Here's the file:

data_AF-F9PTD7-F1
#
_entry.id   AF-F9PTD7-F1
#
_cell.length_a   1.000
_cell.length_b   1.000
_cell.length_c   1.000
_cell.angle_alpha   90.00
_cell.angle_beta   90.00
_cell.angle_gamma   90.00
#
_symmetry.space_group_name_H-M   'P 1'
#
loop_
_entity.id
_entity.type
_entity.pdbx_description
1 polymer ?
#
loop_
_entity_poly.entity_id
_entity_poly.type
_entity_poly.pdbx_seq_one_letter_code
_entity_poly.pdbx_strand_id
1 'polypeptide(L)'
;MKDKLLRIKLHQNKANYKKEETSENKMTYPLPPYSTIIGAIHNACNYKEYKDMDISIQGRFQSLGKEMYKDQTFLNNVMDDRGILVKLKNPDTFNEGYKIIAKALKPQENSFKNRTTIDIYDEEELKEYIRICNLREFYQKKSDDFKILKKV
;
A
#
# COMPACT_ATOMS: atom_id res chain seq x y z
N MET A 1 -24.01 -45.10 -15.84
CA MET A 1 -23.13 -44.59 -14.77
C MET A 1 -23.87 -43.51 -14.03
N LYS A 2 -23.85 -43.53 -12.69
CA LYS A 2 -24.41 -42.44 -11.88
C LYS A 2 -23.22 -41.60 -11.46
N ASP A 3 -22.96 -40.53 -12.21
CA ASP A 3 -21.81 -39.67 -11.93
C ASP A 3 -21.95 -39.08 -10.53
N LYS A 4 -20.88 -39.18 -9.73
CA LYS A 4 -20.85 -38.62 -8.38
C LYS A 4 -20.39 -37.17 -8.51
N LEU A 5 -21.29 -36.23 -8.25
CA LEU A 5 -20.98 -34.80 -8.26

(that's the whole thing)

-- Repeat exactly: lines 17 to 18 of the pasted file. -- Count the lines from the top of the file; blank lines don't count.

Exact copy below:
_entity.pdbx_description
1 polymer ?